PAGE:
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Posts Tagged ‘John Goodman’

10-cloverfield-lane

Year of release: 2016

Director: Dan Trachtenberg

Writers: Josh Campbell, Matthew Stuecken, Damien Chazelle

Main cast: John Goodman, John Gallagher Jr, Mary Elizabeth Winstead

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Genre: Horror, thriller, mystery

Highlights: The acting for all three of the main cast (and for the most part, this is a three-hander) is superb throughout. The first 90 minutes of the film is full of tension, atmosphere and an underlying sinister tone and I loved it

Lowlights: The last ten minutes. WTF?

Overall: Brilliant – if it had finished ten minutes earlier!

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Year of release: 2017

Director: Mark Cullen

Writers: Mark Cullen, Rob Cullen

Main cast: Bruce Willis, John Goodman, Jason Momoa, Thomas Middleditch, Famke Janssen

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Genre: Comedy action

Highlights: The dog, John Goodman

Lowlights: Bruce is just churning these kinds of movies out now, and they can get a bit samey.

Overall: Enjoyable enough action romp for when you don’t want to think too much

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Richard Dreyfuss is daredevil pilot Pete Sandich, who specialises in putting out forest fires, and Holly Hunter is his girlfriend Dorinda Durston, who loves him, but worries about his safety, particularly as he shows no real caution when flying.  Pete is killed in an accident, and in the afterlife he meets an angel (for want of a better word) named Hap, played by Audrey Hepburn in her last film role.  Following her advice, he tries to help his girlfriend through her grief, and mentor novice pilot Ted Baker(!), who falls for Dorinda.

I only really wanted to watch this film for Audrey Hepburn’s appearance.  She isn’t in the film for long, but her parts are lovely, and who better than Audrey to play a serene angel?  She had largely retired from acting at this point, and died four years after this film was made, but it is a fitting role for her swan song.

The film itself was hugely enjoyable, but you will DEFINITELY need tissues, because it is a real tearjerker.  Dreyfuss and Hunter are excellent, and the relationship between Pete and Dorinda is really believable.  John Goodman provides excellent support as Pete’s friend Al, who tries to look out for Dorinda after Pete’s death.  And Brad Johnson plays Ted Baker with sympathy.  Although Pete is hearthbroken to think of Dorinda being with someone else, Johnson makes Ted such a nice guy that it’s hard not to root for  him too.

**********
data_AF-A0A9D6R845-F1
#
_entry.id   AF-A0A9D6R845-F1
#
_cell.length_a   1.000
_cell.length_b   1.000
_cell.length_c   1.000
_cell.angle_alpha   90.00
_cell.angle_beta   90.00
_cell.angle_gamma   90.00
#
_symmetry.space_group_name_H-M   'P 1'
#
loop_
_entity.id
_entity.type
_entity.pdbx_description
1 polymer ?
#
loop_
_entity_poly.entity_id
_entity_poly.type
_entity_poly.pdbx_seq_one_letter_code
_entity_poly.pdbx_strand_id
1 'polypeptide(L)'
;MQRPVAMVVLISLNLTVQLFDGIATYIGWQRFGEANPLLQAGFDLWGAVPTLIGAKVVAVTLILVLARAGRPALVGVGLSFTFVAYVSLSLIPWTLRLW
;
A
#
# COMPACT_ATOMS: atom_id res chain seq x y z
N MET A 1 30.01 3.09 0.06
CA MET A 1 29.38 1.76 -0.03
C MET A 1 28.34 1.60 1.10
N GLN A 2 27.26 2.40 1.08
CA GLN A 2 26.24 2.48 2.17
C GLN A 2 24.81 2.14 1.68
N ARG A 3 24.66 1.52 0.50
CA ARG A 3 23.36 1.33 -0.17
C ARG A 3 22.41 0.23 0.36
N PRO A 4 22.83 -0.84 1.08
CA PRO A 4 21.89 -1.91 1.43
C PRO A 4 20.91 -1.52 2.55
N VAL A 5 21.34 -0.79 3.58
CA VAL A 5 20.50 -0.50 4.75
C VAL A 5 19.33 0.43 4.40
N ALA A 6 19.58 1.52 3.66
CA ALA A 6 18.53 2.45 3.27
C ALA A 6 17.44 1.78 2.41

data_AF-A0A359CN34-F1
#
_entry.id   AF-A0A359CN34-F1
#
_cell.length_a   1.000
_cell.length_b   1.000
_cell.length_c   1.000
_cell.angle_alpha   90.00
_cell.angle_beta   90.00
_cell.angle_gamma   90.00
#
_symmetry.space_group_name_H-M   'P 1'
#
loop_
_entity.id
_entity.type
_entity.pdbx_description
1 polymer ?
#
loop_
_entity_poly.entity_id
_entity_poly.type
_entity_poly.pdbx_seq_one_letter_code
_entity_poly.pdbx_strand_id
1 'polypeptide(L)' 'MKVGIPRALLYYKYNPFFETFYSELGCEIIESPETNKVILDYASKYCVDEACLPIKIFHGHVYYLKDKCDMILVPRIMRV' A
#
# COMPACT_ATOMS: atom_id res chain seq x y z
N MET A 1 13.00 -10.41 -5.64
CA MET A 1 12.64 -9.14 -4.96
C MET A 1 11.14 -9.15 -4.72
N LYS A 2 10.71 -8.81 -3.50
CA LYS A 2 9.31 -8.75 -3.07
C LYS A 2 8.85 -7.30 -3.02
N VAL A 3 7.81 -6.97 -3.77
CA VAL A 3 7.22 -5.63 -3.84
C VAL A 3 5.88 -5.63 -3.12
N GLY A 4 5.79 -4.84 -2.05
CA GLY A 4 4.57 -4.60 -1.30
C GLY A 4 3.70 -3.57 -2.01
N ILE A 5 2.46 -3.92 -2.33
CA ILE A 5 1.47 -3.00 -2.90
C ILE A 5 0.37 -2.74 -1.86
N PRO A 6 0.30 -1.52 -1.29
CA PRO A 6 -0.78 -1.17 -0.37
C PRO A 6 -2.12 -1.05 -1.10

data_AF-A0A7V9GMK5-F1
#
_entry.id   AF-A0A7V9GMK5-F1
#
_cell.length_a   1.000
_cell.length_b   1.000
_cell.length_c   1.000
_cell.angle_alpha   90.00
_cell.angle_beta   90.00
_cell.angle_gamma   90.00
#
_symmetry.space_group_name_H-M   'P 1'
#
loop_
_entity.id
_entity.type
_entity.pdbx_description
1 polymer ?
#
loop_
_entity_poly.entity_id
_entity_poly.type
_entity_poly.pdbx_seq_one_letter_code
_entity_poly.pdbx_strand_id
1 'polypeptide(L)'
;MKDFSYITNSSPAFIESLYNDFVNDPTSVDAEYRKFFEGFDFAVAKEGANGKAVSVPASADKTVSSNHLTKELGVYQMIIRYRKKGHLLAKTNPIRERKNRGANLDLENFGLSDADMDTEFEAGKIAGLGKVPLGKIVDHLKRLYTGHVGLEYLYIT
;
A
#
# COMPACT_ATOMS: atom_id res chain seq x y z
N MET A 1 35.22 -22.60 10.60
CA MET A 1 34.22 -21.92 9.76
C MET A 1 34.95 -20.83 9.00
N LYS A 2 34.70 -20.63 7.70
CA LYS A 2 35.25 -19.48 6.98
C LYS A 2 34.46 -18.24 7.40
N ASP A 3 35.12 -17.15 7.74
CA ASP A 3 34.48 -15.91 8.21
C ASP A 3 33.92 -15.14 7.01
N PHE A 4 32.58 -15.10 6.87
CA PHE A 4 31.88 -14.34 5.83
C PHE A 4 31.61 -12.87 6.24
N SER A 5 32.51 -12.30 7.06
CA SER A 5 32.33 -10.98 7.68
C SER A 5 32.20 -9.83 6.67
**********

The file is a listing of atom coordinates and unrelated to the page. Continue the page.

This film is a remake of A Guy Named Joe (1943), and there are also similarities with Patrick Swayze/Demi Moore film Ghost, although Always preceded Ghost.  (I mean honestly, if Unchained Melody makes you cry because of Ghost, I’m sure that Smoke Gets In Your Eyes will have the same effect after watching Always!)

Overall, this is a beautifully acted, gentle and emotional film.  As mentioned earlier, I watched it purely because of Audrey Hepburn, but it is well worth seeing on its own merits.  I definitely recommend it.

Year of release: 1989

Director: Steven Spielberg

Producers: Steven Spielberg, Kathleen Kennedy, Frank Marshall, Richard Vane

Writers: Jerry Belson, Dalton Trumbo (screenplay ‘A Guy Named Joe’), Frederick Hazlitt Brennan (screenplay adaptation ‘A Guy Named Joe’), Chandler Sprague (story ‘A Guy Named Joe’), David Boehm (story ‘A Guy Named Joe’)

Main cast: Richard Dreyfuss, Holly Hunter, John Goodman, Brad Johnson, Audrey Hepburn

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The Artist was a triumph at the 2012 Academy Awards, winning five Oscars, including Best Actor for Jean Dujardin.  It perhaps was not an obvious candidate for success, being a black and white silent movie.  Or maybe that was part of the charm….either way, it was a deserving winner, for showing that excellent films do not always require huge budgets – this was comparatively cheap to make, but provided top-notch entertainment!

The film starts in 1927, and Jean Dujardin plays George Valentin, a hugely popular silent movie star.  Berenice Bejo plays Peppy Miller, a young starlet, just starting out in the movies, who meets Valentin and stars with him briefly in one film.  Two years later, and talking films are the new craze, while Valentin is seen as a has-been.  Meanwhile, Peppy is finding ever more success in the movie industry.  As Valentin falls on hard times, he grows depressed and bitter.  But there may be someone who can help him….